Domestic violence and slut-shaming

Everyone once in a while, I read a news story that makes me genuinely sad. Sunday was one of those days as I read on The Guardian site that

teenage girls between 16 and 19 are now the group most at risk of domestic violence, closely followed by girls aged 20-24 – all victims of a new generation of abusers who are themselves in their teens and early twenties.

It’s hard to believe that not only is intimate partner violence still happening in our society but that it’s actually getting worse. We tend to think of our society (ie Western society) as getting better, progressing and becoming more ‘equal’. It stuns me to think that it’s potentially regressing.

There’s so much food for thought in this piece (and I’ll be posting more on the topic) but one thing that springs to mind is the prevalence of ‘slut-shaming’ in these young people’s lives. The girls in the article speak about being called names like ‘slut’, ‘sket’ and ‘slag’ on a daily basis. For these girls how they are perceived in their peer group is closely tied in with their sexuality. The boys they socialise and have relationships with seem to view them as possessions until they no longer have a use for them. When the relationship ends ‘sket’ sites spring up with compromising photos of the girls and they are subsequently called names in school - not just by the boys but by other girls. This kind of slut-shaming is often talked about on feminist sites as a tool used to control girls and women. The idea that only a virginal girl has any worth is still pretty pervasive in our society.

While this example sounds extreme it’s not just something that happens to girls. It happens when women run for public office or put themselves in the public eye. It particularly happens when women accuse men of rape or assault. While legally a woman’s sexual past cannot be brought into the courtroom, it can be raised during initial questioning and can lead prosecutors to decide not to proceed with a case. It can also do an awful lot to discredit a victim publicly and in their community, as happened in the Listowel case, even though the man in question had been tried and convicted of her assault. Similarly, the Swedish women who accused Julian Assange found their personal profiles and online presence publicly trawled for evidence of sexual behaviour.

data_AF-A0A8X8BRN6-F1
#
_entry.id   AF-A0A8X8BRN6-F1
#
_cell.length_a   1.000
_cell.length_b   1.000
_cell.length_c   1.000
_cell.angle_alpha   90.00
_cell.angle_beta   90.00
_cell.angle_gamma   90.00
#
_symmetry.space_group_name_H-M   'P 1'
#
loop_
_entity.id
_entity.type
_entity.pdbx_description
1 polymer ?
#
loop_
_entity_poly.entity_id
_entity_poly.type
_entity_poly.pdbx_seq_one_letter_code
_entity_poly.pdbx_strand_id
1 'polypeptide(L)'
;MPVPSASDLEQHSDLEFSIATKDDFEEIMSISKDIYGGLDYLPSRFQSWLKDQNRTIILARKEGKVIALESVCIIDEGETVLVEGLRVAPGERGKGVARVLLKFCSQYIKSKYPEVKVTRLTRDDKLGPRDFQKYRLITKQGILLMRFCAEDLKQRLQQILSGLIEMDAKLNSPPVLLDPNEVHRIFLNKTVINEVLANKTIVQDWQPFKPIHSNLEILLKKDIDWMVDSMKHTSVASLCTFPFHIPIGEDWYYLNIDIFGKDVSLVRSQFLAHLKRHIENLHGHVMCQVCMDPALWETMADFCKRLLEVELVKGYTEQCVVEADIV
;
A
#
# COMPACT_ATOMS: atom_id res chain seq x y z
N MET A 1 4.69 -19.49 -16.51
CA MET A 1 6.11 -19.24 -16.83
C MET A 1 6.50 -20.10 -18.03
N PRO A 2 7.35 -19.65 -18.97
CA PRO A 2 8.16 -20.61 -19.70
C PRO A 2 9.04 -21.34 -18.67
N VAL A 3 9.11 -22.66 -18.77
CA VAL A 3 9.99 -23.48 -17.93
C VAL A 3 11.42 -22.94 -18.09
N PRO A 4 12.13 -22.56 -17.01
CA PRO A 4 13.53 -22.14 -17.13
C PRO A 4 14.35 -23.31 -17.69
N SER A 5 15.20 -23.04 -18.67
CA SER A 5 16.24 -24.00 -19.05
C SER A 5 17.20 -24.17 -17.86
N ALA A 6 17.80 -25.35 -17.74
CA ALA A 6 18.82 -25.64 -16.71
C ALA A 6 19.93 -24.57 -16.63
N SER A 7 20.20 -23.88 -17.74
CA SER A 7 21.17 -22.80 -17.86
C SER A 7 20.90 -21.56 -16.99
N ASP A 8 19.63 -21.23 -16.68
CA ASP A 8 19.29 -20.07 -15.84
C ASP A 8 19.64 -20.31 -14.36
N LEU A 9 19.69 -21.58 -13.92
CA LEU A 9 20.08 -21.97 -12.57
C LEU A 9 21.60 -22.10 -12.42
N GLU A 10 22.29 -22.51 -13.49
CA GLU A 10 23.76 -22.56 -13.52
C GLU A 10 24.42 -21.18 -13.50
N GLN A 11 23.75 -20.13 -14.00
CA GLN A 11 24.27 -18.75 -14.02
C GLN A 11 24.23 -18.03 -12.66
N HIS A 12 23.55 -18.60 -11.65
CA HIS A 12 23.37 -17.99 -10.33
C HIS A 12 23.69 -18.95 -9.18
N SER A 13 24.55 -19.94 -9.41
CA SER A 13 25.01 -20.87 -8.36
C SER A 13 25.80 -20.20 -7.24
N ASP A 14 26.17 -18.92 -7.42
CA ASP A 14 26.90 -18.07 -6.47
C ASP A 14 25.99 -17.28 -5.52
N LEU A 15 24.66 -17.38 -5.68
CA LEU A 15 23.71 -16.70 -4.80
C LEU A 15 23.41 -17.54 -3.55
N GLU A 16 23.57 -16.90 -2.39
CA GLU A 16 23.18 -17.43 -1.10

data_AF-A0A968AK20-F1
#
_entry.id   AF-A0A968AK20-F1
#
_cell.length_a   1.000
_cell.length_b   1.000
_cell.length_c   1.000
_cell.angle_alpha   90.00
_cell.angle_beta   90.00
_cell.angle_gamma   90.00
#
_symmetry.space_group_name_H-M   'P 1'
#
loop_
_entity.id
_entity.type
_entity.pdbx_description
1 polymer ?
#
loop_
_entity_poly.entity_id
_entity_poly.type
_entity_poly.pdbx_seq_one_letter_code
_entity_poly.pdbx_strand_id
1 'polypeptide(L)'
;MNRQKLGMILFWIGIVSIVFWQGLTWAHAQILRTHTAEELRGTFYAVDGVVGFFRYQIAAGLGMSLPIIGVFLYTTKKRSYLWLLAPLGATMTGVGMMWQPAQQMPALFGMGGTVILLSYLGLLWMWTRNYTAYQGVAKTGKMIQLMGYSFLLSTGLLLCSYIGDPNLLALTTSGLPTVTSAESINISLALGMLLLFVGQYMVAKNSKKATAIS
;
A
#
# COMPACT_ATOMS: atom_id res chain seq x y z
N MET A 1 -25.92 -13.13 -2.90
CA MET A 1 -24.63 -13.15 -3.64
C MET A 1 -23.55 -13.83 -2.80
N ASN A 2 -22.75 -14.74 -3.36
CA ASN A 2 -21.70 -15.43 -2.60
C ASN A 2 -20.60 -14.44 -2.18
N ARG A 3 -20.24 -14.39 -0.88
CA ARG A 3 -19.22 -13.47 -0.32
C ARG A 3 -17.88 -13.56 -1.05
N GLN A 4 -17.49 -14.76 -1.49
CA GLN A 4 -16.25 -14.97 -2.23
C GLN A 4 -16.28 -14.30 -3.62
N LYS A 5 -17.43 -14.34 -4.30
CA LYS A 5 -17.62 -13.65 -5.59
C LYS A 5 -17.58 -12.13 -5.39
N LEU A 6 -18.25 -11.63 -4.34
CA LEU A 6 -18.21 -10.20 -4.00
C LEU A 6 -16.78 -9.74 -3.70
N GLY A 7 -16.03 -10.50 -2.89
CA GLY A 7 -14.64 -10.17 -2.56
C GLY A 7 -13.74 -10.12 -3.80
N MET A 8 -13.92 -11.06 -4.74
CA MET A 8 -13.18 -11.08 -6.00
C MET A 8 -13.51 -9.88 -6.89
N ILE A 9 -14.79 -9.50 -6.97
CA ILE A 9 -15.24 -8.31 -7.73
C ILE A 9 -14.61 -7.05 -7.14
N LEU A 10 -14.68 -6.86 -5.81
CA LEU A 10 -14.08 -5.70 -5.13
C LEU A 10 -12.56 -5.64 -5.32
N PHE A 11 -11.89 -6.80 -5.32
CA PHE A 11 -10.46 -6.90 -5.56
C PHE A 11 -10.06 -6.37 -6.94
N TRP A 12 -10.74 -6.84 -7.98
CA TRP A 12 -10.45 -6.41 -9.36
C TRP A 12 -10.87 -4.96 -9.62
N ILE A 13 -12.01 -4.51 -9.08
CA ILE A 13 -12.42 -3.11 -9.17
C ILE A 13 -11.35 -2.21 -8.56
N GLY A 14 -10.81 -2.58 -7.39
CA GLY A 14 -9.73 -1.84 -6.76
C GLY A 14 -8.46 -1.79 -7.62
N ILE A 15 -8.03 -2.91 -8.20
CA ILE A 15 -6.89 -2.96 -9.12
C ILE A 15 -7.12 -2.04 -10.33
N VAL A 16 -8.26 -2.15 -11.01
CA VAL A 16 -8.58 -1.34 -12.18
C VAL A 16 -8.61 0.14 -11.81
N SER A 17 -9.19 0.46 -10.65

One of the most blatant examples of this I’ve seen lately has been in the case of an 11 year-old girl who was gang-raped in Texas. 18 young men and boys were arrested and the town was horrified but as the New York Times reported, not because it had happened but that the ‘boys would have to live with this the rest of their lives’. They also took pains to interview local people who pointed out that the girl often wore clothes and make-up appropriate for a woman in her 20s - she looked like a slut, so they treated her like one. In other words she was asking for it,. All of this was done to discredit her story and destroy her credibility.

It’s such a confusing message to be giving young girls. They’re constantly told that they need to be beautiful, be thin and be judged on their appearance. In other words, look sexually available. However, daring to act on this behaviour and express sexual desire or even have sexual experience marks them out as sluts and if they’re no longer required for a particular boy/man’s use, then they’re publicly shamed. It marks them as lesser, and worthless and leaves them increasingly vulnerable to controlling partners and self-esteem problems. No girl wants to be the one pointed out and shamed, so they join in themselves calling each other names and engaging in bullying behaviour.

It’s an attitude that I’m shocked and saddened to see is so pervasive in the minds and relationships of young people in the UK, but in some ways it’s no surprise  as the adults in their lives and the media they’re exposed to continue to reinforce it so consistently. It’s up to us to act better and pass on the good example.

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  1. swsl posted this

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